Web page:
At 10 DAP, the individuals with stt1/− hypoploid embryos were not very different from 6 DAP and would likely form seeds that were germless or had aborted embryos (as supported by the novel mature seed phenotype) (Figure 8I). However, those individuals with stt1/− hypoploid endosperms had already begun to abort at 10 DAP and would likely never form an identifiable seed (in agreement with the absence of these individuals at ear maturity) (Figure 8J).
Interestingly, despite abortion of stt1/− seeds at 10 DAP, the stt1 hyperploid embryos could develop until 6 DAP without the support of a developing endosperm (Figure 8E). At 6 DAP, the globular-stage embryos of stt1 seeds with nonproliferating stt1/− endosperms are not significantly different in size from balanced stt1 individuals (Figure 8L). This phenotype suggests that early embryo development in maize is supported directly by the mother plant but later embryo development requires a functional endosperm.
stunter1 is a new maternal effect mutant in maize:
Seed development in angiosperms is a highly regulated process requiring gene activity not only in the genomes of the embryo and endosperm but also that of the female gametophyte (for reviews see Olsen 2004; Kohler and Grossniklaus 2005; Pien and Grossniklaus 2007; Jullien and Berger 2009). Analyses of maternal effect mutants, such as baseless1 in maize, have demonstrated that the morphology of the embryo sac can have a significant effect on seed development (Gutierrez-Marcos et al. 2006). Our studies have identified a new maternal effect gene, stt1, which is required in the female gametophyte for proper embryo sac development. Similar to baseless1, improper development of the female gametophyte is likely the primary cause for the maternal effects of stt1. stt1 mutant seeds are developmentally delayed and reduced in size but are patterned correctly with the typical constitution of cell types.
stunter1 affects female gametophyte development:
The stt1 mutation causes abnormal and delayed development of the female gametophyte prior to fertilization such that the mature embryo sac is smaller, most notably in the size of the central cell. Additionally, the antipodal cells in stt1 embryo sacs are larger and more vacuolated than in wild type. To date, little is known about the functions of the antipodal cells in fertilization and seed development. It has been speculated that in maize these cells play a specialized role in nutrient transfer from the nucellus of the mother plant into the female gametophyte, because they possess papillate cell walls (Diboll and Larson 1966; Huang and Sheridan 1994). Consequently, changes in the morphology of the antipodal cells and thus the ability to transfer nutrients into the female gametophyte could result in the smaller size of the stt1 embryo sacs. However, stt1 embryo sacs are smaller than wild-type embryo sacs prior to cellularization making it likely that factors acting early in megagametogenesis lead to the reduced size of stt1 embryo sacs. Whether or not these factors are involved in nutrient transport into embryo sacs at the syncytial stage and later into antipodal cells remains to be determined. Despite these abnormalities, stt1 embryo sacs attract pollen tubes at a normal frequency but some may fail to be fertilized despite pollen tube entry.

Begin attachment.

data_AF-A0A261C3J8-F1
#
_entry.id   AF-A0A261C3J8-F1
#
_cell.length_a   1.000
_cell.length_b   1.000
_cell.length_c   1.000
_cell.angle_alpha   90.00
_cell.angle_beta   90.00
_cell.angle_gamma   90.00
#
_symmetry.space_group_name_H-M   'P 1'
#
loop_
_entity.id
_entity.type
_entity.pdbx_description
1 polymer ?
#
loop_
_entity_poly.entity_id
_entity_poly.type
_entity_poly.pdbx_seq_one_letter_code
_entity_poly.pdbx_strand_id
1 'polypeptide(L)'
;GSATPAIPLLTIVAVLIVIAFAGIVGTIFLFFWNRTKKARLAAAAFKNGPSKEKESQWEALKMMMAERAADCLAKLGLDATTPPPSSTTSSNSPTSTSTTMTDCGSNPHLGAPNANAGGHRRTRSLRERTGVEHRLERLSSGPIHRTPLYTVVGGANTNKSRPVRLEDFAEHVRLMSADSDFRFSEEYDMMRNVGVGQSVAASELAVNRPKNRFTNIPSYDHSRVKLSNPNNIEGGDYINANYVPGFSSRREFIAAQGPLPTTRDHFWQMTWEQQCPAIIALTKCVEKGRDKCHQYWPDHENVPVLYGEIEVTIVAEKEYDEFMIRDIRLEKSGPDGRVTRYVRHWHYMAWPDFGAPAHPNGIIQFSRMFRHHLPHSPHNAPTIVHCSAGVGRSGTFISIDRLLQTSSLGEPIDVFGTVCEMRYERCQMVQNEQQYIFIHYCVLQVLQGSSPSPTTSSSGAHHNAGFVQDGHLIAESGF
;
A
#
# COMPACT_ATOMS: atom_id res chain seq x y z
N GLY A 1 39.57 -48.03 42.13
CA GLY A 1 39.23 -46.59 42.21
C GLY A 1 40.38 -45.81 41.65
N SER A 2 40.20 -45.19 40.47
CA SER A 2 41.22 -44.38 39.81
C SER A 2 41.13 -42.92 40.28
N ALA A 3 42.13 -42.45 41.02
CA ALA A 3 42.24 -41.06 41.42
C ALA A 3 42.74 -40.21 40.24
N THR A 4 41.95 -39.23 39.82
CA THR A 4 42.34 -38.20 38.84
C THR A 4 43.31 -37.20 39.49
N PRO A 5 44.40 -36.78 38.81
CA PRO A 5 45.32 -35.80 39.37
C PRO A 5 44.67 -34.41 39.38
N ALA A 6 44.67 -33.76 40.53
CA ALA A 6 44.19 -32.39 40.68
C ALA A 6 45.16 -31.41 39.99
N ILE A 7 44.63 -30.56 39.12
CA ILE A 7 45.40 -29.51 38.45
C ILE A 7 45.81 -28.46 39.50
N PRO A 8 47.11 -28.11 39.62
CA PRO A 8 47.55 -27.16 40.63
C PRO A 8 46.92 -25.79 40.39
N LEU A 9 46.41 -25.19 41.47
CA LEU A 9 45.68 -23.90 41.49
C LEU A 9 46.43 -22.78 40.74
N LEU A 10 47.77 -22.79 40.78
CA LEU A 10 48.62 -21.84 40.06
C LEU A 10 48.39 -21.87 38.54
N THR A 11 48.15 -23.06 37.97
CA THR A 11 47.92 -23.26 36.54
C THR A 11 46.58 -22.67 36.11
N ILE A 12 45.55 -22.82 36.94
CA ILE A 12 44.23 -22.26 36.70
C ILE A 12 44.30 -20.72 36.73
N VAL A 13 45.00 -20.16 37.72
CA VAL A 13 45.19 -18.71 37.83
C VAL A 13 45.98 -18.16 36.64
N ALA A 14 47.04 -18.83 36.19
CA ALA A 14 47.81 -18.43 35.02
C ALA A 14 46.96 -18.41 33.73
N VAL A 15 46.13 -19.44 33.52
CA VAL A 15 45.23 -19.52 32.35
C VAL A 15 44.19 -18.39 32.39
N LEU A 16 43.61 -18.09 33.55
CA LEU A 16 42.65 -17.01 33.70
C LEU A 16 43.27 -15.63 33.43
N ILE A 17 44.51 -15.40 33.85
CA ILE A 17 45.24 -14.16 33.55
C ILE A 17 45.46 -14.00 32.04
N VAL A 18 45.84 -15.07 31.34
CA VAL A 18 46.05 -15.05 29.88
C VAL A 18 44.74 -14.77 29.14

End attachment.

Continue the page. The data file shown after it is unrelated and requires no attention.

stunter1 affects male gametophyte development:
Like mutant embryo sacs, stt1 pollen grains are smaller than wild type and also germinate poorly and extend small, stunted pollen tubes. These mutant pollen grains are likely nonfunctional, as we are unable to detect stt1 male transmission even when competition with wild-type pollen grains is reduced. It is possible that, similar to megagametogenesis, microgametogenesis in stt1 is slower and mutant pollen grains never fully mature, despite having normal starch filling and sperm morphology.
Of the known pollen mutants in maize and Arabidopsis, many are affected during pollen development and a number have been identified as playing a role in the progamic phase, including mutants in maize and Arabidopsis pollen specific Rop GTPases (reviewed in Bedinger and Fowler 2009). Mutations in maize rop2 or Arabidopsis ROP1 result in defective pollen tube growth, reduced ability to compete with wild-type pollen, and shorter, broader pollen tubes (Li et al. 1999; Arthur et al. 2003). These phenotypes are distinct from the pollen tubes of stt1 both in their appearance and in their ability to function when competition from wild-type pollen is reduced.
Vesicle fusion is very dynamic in the growing pollen tube (Hicks et al. 2004), and vesicle and vacuole formation play significant roles in development of both the embryo sac and pollen and may contribute to the size of both gametophytes (for reviews see Bedinger and Fowler 2009; Evans and Grossniklaus 2009). The SABRE-like proteins encoded by aberrant pollen transmission1 (apt1) in maize and KINKY POLLEN (KIP) in Arabidopsis are critical for membrane trafficking in the pollen tube tip (Procissi et al. 2003; Xu and Dooner 2006). Mutations in apt1 and KIP result in pollen grains that germinate, but extend short, twisted, or kinky pollen tubes, which, like pollen of rop mutants, are distinct from the effects of stt1 in appearance and their ability to achieve fertilization. However, a more severe impairment in membrane trafficking could explain the arrested pollen tubes, smaller pollen grains, and smaller central cells in stt1 mutants. In addition to identification of the stt1 gene, a more detailed characterization of the developing pollen and the individual cell types of the embryo sac will help to determine the causes of these phenotypes.